No. 23 has a secret. In this bedsit-riddled south London wreck, lorded over by a lecherous landlord, something waits to be discovered.
Yet all six residents have something to hide.
Collette and Cher are on the run; Thomas is a reluctant loner; while a gorgeous Iranian asylum seeker and a ‘quiet man’ nobody sees try to stay hidden. And watching over them all is Vesta – or so she thinks.
In the dead of night, a terrible accident pushes the neighbours into an uneasy alliance. But one of them is a killer, expertly hiding their pastime, all the while closing in on their next victim…
As a cloying heatwave suffocates the city, events build to an electrifying climax in this dark, original and irresistibly compelling thriller.
“Not to be read while you’re eating lunch…”
I’ve had this book on my To Be Read pile ever since it first came out back in June last year and am now kicking myself that I didn’t read it sooner, because it is absolutely brilliant. If it’s sitting in your to be read pile I recommend you go and move it now to your next read, and if it’s not there, why not?
Dark, chilling and impeccably plotted, The Killer Next Door is an intriguing look into the secrets that lurk behind closed doors, how little notice we often take of the world around us and asks the question just how well do we ever really know our friends and neighbours?
We begin with Collette, discover the reason she is on the run and about her arrival at Beulah Grove, where she takes over the room of the mysteriously vanished Nikki. From there we meet each of her ‘neighbours’ in the house that they all share, learning about their lives, their secrets and the circumstances that have brought them all to renting a single room with shared bathroom, cash in hand and no questions asked from #23’s slum landlord.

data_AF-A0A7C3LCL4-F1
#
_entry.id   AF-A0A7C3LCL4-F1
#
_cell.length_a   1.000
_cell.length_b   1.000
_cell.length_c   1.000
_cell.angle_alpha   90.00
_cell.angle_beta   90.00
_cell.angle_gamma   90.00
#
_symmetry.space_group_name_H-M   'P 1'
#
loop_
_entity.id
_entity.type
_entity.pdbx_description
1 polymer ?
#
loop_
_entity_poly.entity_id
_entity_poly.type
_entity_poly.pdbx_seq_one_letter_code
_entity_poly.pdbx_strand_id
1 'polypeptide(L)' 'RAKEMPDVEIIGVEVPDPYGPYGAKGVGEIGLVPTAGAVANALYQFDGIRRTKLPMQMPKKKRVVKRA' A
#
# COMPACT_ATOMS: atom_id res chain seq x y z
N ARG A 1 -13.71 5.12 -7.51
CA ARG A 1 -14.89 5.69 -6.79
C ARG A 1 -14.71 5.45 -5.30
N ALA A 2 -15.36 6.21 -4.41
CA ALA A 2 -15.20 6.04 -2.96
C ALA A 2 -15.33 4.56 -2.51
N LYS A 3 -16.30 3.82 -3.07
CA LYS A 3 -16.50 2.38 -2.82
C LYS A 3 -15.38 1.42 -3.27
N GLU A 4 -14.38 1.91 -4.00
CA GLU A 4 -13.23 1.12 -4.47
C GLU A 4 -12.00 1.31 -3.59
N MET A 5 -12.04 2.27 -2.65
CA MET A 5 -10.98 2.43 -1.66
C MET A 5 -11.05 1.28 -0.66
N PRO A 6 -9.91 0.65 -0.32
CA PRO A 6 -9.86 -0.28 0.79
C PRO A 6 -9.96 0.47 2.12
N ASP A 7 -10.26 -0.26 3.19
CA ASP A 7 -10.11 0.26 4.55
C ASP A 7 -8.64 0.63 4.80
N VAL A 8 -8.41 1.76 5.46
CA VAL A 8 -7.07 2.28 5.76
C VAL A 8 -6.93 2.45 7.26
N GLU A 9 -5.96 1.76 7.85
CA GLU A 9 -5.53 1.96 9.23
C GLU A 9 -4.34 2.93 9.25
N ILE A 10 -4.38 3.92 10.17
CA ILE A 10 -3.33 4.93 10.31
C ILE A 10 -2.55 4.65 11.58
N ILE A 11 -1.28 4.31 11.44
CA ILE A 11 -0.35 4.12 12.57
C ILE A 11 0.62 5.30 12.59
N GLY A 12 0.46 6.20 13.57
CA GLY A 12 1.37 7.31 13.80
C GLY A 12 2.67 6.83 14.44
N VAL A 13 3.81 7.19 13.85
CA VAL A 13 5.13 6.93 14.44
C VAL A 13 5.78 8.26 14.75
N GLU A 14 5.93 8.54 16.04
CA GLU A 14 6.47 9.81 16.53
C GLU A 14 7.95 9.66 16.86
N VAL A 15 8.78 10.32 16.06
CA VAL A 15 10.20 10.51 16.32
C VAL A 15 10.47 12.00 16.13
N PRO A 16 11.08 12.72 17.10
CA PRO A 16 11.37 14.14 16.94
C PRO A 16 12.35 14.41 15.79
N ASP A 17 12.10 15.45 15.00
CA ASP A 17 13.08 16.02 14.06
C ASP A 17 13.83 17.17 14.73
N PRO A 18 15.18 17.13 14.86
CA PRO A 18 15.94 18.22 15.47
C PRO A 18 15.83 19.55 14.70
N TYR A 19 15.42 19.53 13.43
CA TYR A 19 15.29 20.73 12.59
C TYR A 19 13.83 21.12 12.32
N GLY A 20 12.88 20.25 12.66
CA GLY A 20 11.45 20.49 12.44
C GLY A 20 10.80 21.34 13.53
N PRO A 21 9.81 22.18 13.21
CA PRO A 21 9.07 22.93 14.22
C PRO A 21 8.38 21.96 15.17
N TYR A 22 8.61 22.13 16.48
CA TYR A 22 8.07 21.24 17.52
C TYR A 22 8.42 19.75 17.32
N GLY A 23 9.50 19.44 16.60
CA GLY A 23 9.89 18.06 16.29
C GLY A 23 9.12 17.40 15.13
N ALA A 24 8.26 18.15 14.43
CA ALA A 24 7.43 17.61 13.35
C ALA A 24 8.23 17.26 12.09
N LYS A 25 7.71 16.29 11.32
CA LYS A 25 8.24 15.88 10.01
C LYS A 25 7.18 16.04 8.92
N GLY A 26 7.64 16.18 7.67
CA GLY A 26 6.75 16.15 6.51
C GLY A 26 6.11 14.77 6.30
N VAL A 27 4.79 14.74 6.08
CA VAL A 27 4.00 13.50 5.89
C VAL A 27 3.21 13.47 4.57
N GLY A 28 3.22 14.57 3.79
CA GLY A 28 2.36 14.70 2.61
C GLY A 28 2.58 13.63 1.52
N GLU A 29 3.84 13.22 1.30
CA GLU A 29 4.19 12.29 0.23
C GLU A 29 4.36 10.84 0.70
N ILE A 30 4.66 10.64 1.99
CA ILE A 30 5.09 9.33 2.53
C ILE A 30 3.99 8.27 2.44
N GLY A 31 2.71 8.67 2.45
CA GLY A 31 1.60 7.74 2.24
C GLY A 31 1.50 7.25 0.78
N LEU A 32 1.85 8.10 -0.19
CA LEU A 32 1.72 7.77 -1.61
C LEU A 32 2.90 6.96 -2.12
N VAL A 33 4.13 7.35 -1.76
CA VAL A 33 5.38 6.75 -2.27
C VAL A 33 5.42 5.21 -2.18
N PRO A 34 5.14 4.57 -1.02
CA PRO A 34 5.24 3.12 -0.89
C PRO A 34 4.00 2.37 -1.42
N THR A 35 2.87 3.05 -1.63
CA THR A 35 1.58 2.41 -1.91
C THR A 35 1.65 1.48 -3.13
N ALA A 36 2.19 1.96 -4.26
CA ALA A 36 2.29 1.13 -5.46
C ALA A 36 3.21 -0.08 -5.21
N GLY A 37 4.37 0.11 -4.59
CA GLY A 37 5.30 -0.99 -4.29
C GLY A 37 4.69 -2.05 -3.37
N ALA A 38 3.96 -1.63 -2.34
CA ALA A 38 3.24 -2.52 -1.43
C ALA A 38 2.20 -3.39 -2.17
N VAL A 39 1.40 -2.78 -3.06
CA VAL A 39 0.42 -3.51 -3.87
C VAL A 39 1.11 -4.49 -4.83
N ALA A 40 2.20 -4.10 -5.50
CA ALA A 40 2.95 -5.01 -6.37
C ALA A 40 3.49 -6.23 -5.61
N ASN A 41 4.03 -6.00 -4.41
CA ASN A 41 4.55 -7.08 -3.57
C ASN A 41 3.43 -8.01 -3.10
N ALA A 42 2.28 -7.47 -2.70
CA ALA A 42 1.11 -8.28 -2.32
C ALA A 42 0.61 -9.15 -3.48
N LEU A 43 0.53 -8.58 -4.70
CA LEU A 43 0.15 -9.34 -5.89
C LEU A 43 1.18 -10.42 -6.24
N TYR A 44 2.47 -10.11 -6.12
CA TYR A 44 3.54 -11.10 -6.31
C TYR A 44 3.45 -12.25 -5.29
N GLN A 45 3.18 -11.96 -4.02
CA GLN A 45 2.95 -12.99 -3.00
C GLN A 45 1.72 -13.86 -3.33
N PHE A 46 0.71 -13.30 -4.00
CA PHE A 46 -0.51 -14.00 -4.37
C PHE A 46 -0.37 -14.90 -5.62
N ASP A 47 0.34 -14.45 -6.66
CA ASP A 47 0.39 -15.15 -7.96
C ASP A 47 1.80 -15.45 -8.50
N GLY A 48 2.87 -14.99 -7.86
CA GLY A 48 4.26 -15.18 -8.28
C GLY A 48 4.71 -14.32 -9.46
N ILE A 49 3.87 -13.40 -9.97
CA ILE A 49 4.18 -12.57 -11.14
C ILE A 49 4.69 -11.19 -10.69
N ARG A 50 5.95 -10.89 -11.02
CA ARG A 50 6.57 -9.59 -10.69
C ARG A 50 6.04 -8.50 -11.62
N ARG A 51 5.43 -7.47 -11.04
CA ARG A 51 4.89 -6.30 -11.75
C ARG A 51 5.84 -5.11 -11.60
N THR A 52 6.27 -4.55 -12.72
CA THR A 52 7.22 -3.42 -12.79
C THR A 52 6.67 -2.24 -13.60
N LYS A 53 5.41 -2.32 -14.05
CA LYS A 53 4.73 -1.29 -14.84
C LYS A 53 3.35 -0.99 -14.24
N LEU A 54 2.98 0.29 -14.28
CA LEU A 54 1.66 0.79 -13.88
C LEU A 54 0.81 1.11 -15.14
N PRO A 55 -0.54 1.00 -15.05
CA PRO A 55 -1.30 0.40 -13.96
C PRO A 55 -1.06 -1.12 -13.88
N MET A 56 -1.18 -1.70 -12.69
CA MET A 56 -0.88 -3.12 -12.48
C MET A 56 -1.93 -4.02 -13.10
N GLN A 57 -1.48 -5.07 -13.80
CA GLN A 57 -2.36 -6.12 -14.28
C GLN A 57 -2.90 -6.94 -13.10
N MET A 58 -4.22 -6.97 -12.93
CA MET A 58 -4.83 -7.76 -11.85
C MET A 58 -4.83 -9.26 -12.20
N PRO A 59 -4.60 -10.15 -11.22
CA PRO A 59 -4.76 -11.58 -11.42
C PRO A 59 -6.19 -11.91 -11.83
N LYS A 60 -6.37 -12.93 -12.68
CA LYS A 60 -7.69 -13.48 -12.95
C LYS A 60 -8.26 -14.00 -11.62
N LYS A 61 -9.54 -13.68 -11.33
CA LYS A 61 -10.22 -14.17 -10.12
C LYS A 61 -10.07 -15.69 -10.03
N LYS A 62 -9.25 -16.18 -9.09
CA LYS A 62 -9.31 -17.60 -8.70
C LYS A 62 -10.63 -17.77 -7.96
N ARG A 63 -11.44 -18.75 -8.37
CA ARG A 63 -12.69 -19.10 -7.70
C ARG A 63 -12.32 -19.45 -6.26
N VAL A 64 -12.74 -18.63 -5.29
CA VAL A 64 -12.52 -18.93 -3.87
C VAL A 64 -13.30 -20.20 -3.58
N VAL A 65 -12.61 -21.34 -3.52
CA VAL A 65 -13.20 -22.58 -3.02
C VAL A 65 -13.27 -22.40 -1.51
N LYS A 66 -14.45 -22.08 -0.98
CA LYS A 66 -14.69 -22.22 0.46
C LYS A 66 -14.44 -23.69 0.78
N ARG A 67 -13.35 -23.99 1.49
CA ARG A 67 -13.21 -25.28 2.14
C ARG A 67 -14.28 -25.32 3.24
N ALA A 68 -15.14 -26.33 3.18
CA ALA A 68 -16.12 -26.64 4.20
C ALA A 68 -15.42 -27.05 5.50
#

Their intertwining stories are at times scary, tragic, and filled with melancholy showing how easy it can be to find yourself in such dire situations as much through the actions of others, as well as your own. My favourite part was how the characters all appeared drawn towards Vesta, finding it easy to tell their stories and offer up their secrets to her for safe, or perhaps not so safe, keeping.
It’s a brilliant read that you won’t want to put down, although in my case it was easier for me to read and read, as I actually downloaded my copy of The Killer Next Door as an unabridged audiobook, via audible.co.uk.
The narrator is perfectly selected, and the editing slick, which meant listening to the story added an extra creepy dimension to the haunting passages of the killer and his thoughts. It also highlighted just how vividly descriptive Marwood’s writing is, making sure you experience all of the sights, sounds and smells of the situation, which is a fabulous thing to read but certainly in my case means there is at least one bathroom section you may not want to be reading (or listening too) while you’re eating lunch…